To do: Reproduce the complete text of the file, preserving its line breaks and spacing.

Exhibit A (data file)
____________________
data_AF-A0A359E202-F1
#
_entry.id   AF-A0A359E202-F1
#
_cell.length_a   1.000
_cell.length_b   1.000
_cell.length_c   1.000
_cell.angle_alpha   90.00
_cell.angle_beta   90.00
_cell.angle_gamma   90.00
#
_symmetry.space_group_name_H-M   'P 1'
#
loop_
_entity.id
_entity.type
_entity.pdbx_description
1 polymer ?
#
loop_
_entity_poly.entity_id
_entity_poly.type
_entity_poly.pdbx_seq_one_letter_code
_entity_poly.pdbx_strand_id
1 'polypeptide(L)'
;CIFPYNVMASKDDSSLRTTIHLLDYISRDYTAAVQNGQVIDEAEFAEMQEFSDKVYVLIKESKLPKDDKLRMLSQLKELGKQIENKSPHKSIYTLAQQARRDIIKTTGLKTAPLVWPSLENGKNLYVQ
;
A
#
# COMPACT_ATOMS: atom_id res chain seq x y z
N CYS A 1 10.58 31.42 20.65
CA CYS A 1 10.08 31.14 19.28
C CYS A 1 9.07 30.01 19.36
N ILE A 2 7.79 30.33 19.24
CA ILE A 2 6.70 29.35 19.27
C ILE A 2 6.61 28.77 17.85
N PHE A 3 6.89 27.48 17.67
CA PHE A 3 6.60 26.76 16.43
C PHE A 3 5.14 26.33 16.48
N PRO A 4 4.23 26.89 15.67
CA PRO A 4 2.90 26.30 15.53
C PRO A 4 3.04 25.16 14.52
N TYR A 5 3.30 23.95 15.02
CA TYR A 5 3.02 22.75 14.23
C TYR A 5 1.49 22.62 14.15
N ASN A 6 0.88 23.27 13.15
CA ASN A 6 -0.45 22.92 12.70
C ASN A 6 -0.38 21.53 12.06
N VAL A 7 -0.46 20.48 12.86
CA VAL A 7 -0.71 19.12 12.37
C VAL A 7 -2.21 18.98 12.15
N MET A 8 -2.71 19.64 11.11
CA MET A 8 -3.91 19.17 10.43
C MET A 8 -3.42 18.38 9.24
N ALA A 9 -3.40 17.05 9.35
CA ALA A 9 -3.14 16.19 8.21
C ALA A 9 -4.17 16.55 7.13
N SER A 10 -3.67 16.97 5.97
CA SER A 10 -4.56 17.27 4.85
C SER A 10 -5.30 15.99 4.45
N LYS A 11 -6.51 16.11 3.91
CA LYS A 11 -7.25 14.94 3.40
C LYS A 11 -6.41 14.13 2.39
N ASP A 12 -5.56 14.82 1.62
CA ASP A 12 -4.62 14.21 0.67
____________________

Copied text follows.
data_AF-A0A359E202-F1
#
_entry.id   AF-A0A359E202-F1
#
_cell.length_a   1.000
_cell.length_b   1.000
_cell.length_c   1.000
_cell.angle_alpha   90.00
_cell.angle_beta   90.00
_cell.angle_gamma   90.00
#
_symmetry.space_group_name_H-M   'P 1'
#
loop_
_entity.id
_entity.type
_entity.pdbx_description
1 polymer ?
#
loop_
_entity_poly.entity_id
_entity_poly.type
_entity_poly.pdbx_seq_one_letter_code
_entity_poly.pdbx_strand_id
1 'polypeptide(L)'
;CIFPYNVMASKDDSSLRTTIHLLDYISRDYTAAVQNGQVIDEAEFAEMQEFSDKVYVLIKESKLPKDDKLRMLSQLKELGKQIENKSPHKSIYTLAQQARRDIIKTTGLKTAPLVWPSLENGKNLYVQ
;
A
#
# COMPACT_ATOMS: atom_id res chain seq x y z
N CYS A 1 10.58 31.42 20.65
CA CYS A 1 10.08 31.14 19.28
C CYS A 1 9.07 30.01 19.36
N ILE A 2 7.79 30.33 19.24
CA ILE A 2 6.70 29.35 19.27
C ILE A 2 6.61 28.77 17.85
N PHE A 3 6.89 27.48 17.67
CA PHE A 3 6.60 26.76 16.43
C PHE A 3 5.14 26.33 16.48
N PRO A 4 4.23 26.89 15.67
CA PRO A 4 2.90 26.30 15.53
C PRO A 4 3.04 25.16 14.52
N TYR A 5 3.30 23.95 15.02
CA TYR A 5 3.02 22.75 14.23
C TYR A 5 1.49 22.62 14.15
N ASN A 6 0.88 23.27 13.15
CA ASN A 6 -0.45 22.92 12.70
C ASN A 6 -0.38 21.53 12.06
N VAL A 7 -0.46 20.48 12.86
CA VAL A 7 -0.71 19.12 12.37
C VAL A 7 -2.21 18.98 12.15
N MET A 8 -2.71 19.64 11.11
CA MET A 8 -3.91 19.17 10.43
C MET A 8 -3.42 18.38 9.24
N ALA A 9 -3.40 17.05 9.35
CA ALA A 9 -3.14 16.19 8.21
C ALA A 9 -4.17 16.55 7.13
N SER A 10 -3.67 16.97 5.97
CA SER A 10 -4.56 17.27 4.85
C SER A 10 -5.30 15.99 4.45
N LYS A 11 -6.51 16.11 3.91
CA LYS A 11 -7.25 14.94 3.40
C LYS A 11 -6.41 14.13 2.39
N ASP A 12 -5.56 14.82 1.62
CA ASP A 12 -4.62 14.21 0.67